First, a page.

Democrats need to just say no to Fox News once and for all.
The party has a wide, deep, diverse and very impressive cast of candidates for president in 2020 at a time when the nation faces profound choices thanks in part to the governmental chaos caused by President Donald Trump. And what has been the focus of debate among those nearly two dozen candidates the last two weeks?
No, it was whether or not to have a town hall on Fox News. And in the wake of South Bend, Ind., Mayor Pete Buttigieg using his town hall on Fox Sunday to criticize the channel, and Trump tweeting his annoyance at Buttigieg’s very presence there, it feels like the ayes currently have it.
The cable channel that was founded as a right-wing ideological tool masquerading as an all-news channel by Roger Ailes is already doing its dirty political work on the 2020 campaign by using its access to millions of viewers to tempt, divert and divide the Democrats. And, worse, it comes at a time when a united denunciation by Democrats could do real damage to this political weapon of the right as advertisers shy away from it in the wake of racist comments by Tucker Carlson and all-out propagandizing for Trump by Sean Hannity.
But I’m with Sen. Elizabeth Warren, who said something far more important about Fox News and its role in the debased state of our national conversation when she explained why she would not do a town hall on the network.
“Fox News is struggling as more and more advertisers pull out of their hate-filled space. A Democratic town hall gives the Fox News sales team a way to tell potential sponsors it’s safe to buy ads on Fox. I won’t ask millions of Democratic primary voters to tune into an outlet that profits from racism and hate,” she wrote on Twitter.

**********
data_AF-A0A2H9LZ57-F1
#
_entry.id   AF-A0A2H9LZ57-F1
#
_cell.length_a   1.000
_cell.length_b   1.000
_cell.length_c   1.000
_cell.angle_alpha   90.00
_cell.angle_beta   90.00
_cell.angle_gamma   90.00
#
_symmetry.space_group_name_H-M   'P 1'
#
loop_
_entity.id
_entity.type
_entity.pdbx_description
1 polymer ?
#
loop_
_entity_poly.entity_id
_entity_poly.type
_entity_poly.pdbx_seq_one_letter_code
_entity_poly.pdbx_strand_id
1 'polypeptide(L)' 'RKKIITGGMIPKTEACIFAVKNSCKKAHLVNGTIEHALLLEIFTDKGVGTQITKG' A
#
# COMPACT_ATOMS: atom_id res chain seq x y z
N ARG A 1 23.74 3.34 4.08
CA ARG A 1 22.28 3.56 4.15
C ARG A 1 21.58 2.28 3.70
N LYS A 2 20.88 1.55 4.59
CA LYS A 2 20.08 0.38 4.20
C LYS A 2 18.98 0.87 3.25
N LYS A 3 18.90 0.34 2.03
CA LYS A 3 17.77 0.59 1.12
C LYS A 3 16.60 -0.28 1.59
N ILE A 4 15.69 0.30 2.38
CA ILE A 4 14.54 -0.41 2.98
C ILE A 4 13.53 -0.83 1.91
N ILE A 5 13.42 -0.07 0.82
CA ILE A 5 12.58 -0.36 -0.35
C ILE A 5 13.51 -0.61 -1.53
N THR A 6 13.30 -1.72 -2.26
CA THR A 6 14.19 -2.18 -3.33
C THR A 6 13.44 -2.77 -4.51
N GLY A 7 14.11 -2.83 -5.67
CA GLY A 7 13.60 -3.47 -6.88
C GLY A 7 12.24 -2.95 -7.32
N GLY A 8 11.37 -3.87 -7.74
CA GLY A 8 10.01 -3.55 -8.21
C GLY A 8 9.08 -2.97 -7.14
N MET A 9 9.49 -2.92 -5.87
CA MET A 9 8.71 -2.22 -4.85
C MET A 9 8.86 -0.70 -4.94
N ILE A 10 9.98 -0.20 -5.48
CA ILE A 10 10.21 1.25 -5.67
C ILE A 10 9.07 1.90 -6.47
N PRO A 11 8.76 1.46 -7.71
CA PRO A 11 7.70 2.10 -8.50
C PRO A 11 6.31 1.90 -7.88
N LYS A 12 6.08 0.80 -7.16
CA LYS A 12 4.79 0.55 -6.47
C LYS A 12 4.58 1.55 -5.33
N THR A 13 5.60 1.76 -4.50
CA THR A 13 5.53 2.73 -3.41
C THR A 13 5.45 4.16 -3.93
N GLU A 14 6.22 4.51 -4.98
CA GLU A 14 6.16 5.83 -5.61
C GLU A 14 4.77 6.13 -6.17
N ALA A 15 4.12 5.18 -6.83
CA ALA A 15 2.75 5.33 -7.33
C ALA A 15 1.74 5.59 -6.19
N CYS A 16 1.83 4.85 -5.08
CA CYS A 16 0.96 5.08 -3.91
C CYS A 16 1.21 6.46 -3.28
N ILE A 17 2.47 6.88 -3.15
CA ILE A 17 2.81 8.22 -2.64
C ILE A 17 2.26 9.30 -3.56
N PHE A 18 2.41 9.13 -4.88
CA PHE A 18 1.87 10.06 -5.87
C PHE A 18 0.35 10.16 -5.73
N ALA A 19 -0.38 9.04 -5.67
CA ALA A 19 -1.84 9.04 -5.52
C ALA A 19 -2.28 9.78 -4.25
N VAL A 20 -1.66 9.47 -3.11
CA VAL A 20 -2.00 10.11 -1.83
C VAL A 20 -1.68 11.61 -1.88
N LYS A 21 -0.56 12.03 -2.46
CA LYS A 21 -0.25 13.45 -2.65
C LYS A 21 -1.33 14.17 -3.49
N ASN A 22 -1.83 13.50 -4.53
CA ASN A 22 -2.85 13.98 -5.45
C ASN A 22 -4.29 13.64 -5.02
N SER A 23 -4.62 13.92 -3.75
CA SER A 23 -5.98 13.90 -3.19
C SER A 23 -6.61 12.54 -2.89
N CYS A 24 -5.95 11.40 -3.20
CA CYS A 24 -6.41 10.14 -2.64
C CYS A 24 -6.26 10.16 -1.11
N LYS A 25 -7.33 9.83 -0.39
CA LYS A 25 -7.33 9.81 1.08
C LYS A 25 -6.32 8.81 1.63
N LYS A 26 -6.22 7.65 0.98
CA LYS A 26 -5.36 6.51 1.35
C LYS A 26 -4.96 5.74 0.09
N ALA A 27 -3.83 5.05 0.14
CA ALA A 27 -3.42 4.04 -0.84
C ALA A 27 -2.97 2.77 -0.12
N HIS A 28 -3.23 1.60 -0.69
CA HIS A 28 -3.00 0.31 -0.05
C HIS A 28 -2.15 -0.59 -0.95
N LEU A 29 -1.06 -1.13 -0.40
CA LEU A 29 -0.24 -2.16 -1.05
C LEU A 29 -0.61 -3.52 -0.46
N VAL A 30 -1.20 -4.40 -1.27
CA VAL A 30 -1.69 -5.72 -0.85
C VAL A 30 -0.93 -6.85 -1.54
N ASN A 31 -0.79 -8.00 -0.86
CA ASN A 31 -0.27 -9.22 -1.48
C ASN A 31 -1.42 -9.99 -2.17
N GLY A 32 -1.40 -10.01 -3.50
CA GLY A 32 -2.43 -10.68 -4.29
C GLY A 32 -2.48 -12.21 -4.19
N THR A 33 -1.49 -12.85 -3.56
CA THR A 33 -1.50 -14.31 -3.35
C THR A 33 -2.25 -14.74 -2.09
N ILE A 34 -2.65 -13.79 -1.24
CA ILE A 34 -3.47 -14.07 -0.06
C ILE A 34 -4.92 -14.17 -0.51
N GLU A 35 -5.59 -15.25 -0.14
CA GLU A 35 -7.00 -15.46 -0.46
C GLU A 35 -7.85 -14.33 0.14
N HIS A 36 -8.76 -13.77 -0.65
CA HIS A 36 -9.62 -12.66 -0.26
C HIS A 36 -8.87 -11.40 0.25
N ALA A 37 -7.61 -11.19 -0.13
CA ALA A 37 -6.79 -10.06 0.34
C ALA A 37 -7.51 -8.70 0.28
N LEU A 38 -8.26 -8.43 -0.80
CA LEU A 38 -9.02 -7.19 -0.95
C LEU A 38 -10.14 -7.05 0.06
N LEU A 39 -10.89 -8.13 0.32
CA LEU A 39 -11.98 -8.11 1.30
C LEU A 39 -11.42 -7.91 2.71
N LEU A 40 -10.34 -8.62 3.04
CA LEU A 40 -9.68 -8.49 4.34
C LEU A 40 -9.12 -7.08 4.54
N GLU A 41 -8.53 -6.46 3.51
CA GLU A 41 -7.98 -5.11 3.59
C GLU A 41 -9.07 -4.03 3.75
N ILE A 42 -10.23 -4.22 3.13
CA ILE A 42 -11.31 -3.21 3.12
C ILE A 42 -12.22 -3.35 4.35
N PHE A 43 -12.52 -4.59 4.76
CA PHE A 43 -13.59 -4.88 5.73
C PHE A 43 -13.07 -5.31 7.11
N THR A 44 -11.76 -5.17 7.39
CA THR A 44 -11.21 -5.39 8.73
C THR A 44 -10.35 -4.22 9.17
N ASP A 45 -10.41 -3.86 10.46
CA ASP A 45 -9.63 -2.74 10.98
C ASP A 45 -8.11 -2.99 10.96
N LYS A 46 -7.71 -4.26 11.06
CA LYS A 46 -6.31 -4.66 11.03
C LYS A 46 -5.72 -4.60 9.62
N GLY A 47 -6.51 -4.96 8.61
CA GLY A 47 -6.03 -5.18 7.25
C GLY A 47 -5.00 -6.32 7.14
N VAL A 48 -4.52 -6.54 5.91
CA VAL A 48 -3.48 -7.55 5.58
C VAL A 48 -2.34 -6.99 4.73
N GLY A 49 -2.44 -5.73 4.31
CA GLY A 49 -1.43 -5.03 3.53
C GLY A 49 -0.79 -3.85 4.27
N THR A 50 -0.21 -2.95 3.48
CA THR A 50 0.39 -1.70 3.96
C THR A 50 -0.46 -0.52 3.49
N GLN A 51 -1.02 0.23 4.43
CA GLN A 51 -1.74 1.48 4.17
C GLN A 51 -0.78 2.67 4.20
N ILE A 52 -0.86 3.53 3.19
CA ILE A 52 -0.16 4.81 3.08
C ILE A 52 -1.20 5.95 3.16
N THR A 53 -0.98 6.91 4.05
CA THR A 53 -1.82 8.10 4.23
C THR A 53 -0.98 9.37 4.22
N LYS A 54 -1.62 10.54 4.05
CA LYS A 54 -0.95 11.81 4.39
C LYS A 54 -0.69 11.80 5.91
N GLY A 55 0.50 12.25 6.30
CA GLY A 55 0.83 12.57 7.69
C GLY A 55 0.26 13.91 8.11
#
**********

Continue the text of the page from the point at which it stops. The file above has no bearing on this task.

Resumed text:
“A Fox News town hall adds money to the hate-for-profit machine. To which I say: hard pass,” she added.
But Sen. Bernie Sanders opened the gates wide with a Fox News town hall in April, and Sen. Amy Klobuchar followed with one earlier this month. Sen. Kirsten Gillibrand is now scheduled for a Fox Town Hall on June 2. And former Congressman Beto O’Rourke said Monday he would “absolutely” do a town hall on Fox if asked.
“This campaign is about going to where people are, and you see that physically in where I show up,” he told reporters in Iowa where he was campaigning. “But it also has to be in those channels or those social media streams where people get their news and their information. That also includes Fox.”
All of the candidates who favor appearing on Fox News have sounded similar justifications: talking to all voters and/or trying to make inroads with Fox viewers, the largest audience in cable news.